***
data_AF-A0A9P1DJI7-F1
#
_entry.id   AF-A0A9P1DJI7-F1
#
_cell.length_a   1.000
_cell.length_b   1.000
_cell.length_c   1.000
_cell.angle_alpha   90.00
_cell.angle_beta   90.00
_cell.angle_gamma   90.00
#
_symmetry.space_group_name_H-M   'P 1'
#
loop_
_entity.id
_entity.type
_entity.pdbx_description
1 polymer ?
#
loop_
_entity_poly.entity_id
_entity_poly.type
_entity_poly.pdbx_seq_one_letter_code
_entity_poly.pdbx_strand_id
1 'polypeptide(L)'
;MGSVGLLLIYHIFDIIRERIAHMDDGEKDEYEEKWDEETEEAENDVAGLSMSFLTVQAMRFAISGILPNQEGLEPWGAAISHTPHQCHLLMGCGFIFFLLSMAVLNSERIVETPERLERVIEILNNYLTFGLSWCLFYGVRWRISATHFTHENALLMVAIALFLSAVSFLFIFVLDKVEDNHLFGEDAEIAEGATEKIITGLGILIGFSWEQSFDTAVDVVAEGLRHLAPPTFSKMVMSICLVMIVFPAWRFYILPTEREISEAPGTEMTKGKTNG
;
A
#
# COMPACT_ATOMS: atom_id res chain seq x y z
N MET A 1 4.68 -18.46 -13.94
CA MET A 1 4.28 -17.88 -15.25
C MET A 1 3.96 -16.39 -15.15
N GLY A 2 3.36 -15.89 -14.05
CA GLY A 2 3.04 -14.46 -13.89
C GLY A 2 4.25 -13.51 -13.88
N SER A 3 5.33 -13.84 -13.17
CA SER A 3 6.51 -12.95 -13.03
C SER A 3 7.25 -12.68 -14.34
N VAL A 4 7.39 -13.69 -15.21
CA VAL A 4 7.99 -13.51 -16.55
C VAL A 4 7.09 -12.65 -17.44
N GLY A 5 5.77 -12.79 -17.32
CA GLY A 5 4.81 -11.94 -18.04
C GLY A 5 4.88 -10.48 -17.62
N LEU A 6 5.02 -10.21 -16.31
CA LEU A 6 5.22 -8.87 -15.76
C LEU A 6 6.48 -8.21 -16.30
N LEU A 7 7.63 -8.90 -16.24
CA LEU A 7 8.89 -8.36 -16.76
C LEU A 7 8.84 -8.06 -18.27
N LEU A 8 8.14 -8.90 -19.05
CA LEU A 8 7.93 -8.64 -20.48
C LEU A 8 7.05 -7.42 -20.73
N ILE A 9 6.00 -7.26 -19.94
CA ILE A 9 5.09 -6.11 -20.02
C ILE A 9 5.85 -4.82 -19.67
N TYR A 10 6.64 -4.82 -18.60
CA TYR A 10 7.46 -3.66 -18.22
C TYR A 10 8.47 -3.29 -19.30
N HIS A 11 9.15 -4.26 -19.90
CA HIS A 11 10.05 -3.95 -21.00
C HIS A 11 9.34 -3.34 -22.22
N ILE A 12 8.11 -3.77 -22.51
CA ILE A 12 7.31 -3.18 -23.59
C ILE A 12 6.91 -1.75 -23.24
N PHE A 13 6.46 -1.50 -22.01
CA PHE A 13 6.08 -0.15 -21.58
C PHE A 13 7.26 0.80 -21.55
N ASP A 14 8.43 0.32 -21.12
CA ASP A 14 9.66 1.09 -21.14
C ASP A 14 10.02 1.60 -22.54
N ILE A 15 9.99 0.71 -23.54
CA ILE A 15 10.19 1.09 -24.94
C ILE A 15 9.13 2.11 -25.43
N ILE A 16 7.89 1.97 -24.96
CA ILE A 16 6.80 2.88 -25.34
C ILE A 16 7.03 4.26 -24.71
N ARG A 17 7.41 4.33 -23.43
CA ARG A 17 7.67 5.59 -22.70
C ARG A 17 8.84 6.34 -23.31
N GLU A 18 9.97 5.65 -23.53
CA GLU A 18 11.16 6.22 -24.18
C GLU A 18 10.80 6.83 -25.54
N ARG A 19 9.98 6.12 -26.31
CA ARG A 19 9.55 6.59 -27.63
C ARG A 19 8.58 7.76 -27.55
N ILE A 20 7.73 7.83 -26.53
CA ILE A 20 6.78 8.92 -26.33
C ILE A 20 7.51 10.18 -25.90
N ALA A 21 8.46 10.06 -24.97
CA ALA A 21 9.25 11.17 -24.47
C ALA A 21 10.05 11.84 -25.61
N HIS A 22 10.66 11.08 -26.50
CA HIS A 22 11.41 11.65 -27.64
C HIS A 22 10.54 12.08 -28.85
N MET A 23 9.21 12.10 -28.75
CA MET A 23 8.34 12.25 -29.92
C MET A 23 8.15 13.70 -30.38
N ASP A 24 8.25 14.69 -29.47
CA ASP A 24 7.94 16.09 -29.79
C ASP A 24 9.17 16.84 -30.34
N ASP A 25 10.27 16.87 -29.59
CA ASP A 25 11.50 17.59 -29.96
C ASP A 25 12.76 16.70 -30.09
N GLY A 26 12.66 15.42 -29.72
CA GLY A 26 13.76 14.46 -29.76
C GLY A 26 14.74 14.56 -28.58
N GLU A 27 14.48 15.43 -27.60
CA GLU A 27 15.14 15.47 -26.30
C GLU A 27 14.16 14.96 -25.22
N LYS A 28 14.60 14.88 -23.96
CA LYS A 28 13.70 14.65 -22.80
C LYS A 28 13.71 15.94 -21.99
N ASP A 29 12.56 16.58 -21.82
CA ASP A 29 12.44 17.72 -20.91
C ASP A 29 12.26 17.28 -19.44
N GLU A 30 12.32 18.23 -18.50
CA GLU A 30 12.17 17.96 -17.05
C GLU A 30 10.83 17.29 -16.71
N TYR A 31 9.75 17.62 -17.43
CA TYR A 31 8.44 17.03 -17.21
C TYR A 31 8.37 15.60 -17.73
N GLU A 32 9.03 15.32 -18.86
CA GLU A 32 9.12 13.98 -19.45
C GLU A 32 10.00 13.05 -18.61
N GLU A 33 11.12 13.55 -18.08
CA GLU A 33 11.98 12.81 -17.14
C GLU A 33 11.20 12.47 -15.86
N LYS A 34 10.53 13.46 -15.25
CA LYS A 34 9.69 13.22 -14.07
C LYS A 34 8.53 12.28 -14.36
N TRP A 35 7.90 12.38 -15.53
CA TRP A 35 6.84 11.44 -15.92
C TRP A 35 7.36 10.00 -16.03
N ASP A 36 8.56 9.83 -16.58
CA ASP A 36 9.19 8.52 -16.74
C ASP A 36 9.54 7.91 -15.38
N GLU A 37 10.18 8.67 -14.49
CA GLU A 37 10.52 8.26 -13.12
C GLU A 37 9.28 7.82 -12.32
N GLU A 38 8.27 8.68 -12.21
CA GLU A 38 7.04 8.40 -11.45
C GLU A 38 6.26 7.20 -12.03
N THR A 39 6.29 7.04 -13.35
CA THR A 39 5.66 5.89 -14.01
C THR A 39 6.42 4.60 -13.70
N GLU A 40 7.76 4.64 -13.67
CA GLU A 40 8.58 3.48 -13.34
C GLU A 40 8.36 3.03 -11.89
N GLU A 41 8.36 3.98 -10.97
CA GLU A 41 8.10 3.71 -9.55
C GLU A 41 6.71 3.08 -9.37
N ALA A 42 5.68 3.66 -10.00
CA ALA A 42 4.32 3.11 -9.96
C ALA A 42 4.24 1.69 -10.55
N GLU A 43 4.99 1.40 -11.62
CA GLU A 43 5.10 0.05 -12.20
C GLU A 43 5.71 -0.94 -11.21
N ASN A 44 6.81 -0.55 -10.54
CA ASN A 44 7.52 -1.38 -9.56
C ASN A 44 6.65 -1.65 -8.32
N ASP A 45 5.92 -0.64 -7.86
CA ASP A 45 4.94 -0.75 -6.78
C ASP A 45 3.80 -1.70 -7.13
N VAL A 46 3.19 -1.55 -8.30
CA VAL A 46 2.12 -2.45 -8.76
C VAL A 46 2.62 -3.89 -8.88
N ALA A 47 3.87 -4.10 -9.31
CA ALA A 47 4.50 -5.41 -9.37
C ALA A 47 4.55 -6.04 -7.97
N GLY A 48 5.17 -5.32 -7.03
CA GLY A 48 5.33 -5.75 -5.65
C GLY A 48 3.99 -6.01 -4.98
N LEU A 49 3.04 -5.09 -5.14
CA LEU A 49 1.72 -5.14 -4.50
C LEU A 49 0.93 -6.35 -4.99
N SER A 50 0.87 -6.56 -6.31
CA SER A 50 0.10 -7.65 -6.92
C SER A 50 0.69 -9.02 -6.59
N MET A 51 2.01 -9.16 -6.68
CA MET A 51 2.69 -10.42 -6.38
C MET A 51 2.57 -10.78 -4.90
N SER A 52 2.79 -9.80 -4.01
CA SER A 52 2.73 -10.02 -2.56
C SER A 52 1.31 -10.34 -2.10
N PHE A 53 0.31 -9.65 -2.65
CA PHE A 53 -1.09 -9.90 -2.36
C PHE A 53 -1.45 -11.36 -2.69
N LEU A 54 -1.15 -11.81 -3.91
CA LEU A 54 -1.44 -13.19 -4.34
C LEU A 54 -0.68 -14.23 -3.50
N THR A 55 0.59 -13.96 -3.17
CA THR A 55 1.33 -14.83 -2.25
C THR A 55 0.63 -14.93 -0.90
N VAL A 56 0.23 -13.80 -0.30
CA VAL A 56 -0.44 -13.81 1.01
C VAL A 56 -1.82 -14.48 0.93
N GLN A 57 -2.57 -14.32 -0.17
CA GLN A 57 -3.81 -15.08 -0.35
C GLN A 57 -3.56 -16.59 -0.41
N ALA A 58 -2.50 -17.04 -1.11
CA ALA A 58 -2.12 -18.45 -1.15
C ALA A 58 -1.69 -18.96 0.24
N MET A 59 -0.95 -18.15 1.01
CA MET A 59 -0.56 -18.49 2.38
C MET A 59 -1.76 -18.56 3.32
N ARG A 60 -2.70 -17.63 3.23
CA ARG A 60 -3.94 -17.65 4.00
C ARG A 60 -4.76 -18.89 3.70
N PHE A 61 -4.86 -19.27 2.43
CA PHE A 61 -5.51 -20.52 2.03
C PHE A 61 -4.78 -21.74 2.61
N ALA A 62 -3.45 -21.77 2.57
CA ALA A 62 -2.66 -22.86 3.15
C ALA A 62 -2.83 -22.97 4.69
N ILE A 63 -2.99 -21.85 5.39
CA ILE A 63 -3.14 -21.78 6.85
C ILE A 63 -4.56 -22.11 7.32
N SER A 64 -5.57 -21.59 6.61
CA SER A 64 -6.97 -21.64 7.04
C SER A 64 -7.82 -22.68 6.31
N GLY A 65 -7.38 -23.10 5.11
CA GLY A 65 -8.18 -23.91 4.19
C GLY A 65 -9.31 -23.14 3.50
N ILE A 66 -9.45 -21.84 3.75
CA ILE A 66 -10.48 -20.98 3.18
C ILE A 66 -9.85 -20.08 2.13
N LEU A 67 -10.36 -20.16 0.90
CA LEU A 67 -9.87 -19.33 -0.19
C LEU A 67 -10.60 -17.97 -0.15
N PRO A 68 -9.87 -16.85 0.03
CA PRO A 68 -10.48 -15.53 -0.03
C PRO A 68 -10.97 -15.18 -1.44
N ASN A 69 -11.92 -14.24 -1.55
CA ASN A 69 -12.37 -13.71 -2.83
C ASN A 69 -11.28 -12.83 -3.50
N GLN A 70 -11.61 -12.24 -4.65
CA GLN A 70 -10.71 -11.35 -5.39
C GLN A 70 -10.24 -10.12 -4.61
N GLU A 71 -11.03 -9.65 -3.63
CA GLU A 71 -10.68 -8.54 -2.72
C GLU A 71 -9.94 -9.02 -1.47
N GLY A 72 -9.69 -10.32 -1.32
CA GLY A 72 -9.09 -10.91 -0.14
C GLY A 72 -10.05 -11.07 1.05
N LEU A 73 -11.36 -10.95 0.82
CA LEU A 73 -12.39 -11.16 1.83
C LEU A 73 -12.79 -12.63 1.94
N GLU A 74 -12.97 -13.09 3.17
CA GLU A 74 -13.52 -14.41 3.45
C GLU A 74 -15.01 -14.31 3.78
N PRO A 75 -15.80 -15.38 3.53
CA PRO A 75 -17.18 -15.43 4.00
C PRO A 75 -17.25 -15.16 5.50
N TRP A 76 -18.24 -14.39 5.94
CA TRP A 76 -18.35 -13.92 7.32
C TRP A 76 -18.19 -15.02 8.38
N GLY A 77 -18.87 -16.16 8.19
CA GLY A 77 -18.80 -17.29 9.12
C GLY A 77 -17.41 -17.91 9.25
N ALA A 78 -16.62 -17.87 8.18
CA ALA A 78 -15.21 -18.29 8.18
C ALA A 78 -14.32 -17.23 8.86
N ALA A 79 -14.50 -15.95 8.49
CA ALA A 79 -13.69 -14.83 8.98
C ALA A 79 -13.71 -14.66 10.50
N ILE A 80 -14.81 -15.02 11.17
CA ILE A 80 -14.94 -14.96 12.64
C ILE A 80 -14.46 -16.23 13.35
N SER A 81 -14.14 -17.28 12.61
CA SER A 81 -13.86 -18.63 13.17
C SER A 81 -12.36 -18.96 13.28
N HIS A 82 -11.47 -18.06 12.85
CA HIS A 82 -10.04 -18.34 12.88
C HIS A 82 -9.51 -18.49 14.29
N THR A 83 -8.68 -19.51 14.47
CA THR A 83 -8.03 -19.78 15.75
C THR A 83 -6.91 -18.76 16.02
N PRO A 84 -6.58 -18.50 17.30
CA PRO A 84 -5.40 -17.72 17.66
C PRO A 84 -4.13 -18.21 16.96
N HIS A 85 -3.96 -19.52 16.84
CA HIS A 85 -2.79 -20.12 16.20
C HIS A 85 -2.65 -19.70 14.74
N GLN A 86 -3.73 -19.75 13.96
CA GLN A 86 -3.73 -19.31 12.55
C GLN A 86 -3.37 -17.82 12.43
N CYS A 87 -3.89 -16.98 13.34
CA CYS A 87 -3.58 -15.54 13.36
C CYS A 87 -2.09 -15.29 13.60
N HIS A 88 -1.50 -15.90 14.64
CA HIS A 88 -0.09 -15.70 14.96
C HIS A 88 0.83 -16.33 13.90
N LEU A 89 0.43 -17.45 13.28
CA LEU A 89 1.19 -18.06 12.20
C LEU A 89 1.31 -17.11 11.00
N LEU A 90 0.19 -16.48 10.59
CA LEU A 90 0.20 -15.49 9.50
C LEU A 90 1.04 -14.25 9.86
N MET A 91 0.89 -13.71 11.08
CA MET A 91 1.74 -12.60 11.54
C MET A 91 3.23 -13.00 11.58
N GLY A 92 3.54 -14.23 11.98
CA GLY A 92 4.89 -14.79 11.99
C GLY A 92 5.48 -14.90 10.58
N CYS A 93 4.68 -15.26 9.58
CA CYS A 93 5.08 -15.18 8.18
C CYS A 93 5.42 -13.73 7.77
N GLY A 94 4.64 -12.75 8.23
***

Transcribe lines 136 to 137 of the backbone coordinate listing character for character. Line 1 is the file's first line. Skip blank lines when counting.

N ASP A 36 8.56 9.83 -16.58
CA ASP A 36 9.19 8.52 -16.74